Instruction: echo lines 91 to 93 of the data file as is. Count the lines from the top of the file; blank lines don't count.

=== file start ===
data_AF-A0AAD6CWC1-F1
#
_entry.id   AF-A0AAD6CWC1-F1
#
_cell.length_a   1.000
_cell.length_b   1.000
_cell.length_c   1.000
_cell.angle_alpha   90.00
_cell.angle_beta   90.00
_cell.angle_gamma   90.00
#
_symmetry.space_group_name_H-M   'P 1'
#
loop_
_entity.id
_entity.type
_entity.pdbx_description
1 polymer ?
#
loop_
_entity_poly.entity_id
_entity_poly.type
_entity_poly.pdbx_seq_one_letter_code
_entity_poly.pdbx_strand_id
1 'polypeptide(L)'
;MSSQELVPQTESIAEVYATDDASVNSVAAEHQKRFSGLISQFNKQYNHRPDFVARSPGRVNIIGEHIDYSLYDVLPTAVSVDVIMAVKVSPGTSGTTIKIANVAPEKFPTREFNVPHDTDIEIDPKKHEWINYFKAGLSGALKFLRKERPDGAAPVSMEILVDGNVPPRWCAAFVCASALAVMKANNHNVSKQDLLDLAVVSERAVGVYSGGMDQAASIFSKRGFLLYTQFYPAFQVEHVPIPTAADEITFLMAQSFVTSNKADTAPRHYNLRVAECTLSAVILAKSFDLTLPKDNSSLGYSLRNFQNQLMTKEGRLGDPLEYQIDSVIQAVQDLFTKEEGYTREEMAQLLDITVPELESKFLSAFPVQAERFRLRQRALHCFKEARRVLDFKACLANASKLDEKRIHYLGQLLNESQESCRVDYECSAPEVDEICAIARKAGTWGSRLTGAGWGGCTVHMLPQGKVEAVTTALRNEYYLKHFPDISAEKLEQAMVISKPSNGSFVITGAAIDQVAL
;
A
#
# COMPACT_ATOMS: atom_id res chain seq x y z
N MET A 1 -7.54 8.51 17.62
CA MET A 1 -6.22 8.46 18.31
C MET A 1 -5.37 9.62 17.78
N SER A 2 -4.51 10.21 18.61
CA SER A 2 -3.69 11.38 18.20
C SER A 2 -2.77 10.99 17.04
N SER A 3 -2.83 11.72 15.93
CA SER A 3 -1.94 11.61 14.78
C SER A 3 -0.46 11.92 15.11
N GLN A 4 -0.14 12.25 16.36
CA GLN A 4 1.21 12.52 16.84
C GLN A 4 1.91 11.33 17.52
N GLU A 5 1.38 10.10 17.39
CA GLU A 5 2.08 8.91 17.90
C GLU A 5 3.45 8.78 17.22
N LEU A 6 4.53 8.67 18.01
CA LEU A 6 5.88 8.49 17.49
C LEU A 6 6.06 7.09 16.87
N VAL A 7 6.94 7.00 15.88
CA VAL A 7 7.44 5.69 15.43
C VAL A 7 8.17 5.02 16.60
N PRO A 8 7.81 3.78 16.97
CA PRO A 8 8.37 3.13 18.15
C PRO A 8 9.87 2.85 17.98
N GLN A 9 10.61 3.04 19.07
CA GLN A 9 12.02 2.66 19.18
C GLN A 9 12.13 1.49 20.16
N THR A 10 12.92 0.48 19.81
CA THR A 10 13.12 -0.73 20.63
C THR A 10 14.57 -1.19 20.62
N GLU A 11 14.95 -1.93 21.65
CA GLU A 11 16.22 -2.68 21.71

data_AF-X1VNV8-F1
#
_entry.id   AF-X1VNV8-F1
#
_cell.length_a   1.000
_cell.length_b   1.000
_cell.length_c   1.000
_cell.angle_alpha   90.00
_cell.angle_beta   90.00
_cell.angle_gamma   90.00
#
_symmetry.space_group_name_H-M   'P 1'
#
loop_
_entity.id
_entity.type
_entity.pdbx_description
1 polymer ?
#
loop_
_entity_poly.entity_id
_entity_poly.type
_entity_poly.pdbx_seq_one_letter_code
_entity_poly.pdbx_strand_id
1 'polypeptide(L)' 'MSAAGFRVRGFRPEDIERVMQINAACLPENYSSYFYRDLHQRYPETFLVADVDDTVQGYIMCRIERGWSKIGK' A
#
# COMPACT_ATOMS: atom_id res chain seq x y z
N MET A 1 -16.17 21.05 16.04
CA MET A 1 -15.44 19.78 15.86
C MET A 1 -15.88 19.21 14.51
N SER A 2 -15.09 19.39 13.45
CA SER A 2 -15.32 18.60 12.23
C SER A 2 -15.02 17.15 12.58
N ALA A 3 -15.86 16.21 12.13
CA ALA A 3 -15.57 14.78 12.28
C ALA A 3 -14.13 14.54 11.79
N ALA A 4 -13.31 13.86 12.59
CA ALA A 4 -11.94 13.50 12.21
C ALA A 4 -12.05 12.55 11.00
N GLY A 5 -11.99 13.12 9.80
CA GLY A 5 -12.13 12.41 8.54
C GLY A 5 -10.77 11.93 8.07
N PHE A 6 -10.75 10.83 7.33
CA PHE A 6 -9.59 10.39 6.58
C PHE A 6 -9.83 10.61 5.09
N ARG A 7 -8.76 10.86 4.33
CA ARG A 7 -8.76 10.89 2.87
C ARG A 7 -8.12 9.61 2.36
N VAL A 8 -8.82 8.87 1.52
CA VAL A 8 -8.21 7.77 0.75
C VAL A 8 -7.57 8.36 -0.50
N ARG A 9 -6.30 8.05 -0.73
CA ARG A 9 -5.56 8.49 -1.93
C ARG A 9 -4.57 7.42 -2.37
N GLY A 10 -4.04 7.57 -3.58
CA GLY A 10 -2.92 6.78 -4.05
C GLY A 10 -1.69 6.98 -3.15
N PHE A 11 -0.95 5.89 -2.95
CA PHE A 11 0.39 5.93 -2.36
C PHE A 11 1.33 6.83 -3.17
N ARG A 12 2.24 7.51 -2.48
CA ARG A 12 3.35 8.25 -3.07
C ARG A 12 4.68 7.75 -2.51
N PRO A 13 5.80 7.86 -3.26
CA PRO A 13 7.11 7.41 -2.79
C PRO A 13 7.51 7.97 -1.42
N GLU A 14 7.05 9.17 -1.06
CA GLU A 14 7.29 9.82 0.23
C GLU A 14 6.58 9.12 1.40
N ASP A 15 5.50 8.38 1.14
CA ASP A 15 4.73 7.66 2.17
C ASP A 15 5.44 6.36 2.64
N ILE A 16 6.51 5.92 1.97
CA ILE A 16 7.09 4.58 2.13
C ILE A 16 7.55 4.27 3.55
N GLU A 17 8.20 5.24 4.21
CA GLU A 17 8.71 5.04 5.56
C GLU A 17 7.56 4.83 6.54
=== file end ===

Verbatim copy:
CA MET A 1 -15.44 19.78 15.86
C MET A 1 -15.88 19.21 14.51
N SER A 2 -15.09 19.39 13.45